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 If you missed out on one of the exhibitions we have held at Greenough Museum & Gardens, you can discover them here. Just click on the orange header to view.

The John Fox letters

In this digital age, we leave a continuous electronic trail of our travels, work, purchases, health, relationships, correspondence and more. Will future historians know everything about us?

In the past the only method of saving information was to put it on paper. Yet this fragile material is easily destroyed.

This exhibition discovers more about the life of a convict whose only memorial was a collection of notes kept in Maley’s Store. 



The Milling of Flour

People have been grinding grains to make flour for tens of thousands of years in the area we now know as Greenough.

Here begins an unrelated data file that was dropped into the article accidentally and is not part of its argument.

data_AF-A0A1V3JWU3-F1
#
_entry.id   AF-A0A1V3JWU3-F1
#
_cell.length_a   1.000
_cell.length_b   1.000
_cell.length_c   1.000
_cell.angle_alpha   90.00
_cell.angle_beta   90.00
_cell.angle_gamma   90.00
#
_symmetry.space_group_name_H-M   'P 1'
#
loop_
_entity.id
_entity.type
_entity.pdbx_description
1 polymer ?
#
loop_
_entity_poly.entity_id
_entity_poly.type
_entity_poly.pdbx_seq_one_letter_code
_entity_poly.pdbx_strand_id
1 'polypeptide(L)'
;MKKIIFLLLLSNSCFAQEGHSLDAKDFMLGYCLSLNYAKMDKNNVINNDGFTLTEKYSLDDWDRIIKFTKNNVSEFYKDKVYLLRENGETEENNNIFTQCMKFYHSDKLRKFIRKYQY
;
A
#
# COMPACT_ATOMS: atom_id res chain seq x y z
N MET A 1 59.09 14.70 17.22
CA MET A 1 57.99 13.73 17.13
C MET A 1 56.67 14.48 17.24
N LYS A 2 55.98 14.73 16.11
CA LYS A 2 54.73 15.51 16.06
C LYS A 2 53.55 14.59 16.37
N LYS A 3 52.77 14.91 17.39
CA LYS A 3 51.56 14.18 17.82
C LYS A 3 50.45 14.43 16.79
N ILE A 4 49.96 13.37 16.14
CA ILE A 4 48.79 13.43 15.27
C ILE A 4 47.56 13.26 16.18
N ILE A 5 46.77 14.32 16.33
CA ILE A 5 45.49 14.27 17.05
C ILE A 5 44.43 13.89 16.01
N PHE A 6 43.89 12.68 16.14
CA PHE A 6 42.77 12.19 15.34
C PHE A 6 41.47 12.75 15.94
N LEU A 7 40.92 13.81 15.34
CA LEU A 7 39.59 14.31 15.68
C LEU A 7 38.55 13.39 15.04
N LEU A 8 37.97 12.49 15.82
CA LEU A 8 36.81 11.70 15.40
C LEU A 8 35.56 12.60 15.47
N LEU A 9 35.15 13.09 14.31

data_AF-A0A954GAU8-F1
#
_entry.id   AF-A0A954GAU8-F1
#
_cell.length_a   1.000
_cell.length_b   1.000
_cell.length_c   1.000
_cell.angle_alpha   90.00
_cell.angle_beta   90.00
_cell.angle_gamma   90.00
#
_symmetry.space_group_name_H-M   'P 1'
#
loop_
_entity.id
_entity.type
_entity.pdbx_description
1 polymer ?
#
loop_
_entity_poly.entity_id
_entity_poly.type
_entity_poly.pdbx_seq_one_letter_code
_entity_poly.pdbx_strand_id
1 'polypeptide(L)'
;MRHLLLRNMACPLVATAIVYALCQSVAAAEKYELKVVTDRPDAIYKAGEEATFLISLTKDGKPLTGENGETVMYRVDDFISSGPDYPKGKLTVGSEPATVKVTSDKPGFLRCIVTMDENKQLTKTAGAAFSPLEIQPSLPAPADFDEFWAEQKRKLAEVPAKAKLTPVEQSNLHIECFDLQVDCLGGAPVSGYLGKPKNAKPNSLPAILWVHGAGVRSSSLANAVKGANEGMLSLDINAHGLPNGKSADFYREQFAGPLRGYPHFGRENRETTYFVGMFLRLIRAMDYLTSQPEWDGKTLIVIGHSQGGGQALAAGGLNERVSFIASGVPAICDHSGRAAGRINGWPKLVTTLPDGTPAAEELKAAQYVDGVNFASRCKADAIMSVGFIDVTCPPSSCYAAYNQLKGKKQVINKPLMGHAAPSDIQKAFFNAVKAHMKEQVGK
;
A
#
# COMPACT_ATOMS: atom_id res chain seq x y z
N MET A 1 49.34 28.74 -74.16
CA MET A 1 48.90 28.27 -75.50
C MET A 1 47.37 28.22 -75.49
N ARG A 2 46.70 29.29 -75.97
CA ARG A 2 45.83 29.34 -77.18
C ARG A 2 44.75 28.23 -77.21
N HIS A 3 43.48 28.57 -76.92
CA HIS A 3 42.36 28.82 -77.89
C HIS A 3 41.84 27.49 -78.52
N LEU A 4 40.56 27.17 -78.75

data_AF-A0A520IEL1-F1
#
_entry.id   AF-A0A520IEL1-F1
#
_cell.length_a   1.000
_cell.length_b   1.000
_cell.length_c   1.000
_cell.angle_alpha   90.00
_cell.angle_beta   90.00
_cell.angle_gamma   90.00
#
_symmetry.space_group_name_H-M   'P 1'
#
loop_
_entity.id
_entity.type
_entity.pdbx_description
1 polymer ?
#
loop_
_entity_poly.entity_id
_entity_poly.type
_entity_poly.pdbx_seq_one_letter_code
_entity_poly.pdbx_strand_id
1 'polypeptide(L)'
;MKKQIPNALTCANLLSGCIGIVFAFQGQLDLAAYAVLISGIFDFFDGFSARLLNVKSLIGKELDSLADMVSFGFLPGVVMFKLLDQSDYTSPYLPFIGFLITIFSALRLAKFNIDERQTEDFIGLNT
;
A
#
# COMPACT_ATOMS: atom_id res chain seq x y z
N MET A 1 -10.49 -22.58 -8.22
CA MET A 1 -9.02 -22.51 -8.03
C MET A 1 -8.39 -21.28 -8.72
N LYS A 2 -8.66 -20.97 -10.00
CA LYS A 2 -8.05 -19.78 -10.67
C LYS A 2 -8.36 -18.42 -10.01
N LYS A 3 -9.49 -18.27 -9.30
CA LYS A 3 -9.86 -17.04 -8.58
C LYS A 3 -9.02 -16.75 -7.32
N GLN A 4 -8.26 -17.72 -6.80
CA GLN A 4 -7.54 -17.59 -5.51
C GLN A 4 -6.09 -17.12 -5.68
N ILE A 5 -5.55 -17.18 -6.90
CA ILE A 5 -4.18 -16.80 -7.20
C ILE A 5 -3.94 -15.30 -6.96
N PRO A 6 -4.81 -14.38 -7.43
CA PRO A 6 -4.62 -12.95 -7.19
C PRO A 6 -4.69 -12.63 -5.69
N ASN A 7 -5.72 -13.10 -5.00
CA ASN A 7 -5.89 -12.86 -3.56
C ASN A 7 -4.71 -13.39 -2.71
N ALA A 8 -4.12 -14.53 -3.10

It was the fertile soils and ideal climate for the growing of wheat that attracted European settlers here. For about one hundred years commercial mills ground that wheat into flour. This region remains a prominent wheat growing area, but the mills have long ceased working.


Convict Notes

This exhibition from early 2021 examined the lives of eight convicts, transported to WA from Britain between 1850 and 1868, who all found their way to Greenough. Their stories were told, in part, through the contemporary notes and letters they left behind – giving us a glimpse into what life was like for these men. 8 Convict Notes is a fascinating insight into our local history. 

Note by Charles Sims

Creating a Garden

When Elizabeth Maley moved into what she called “Home Cottage” in 1862 she immediately commenced making a garden.

Since then, under changing ownership and stewardship the garden has continued to evolve.

Greenough Art

Whilst having a unique landscape, comprising of wind-swept trees and crumbling limestone ruins, this area has attracted few artists to portray its beauty.

Only at Greenough

The leaning gumtrees are a unique feature of this area.

Baby – from Birth to Baptism

An exhibition held in February-March 2023 celebrating the joys and tragedies of new life at Greenough.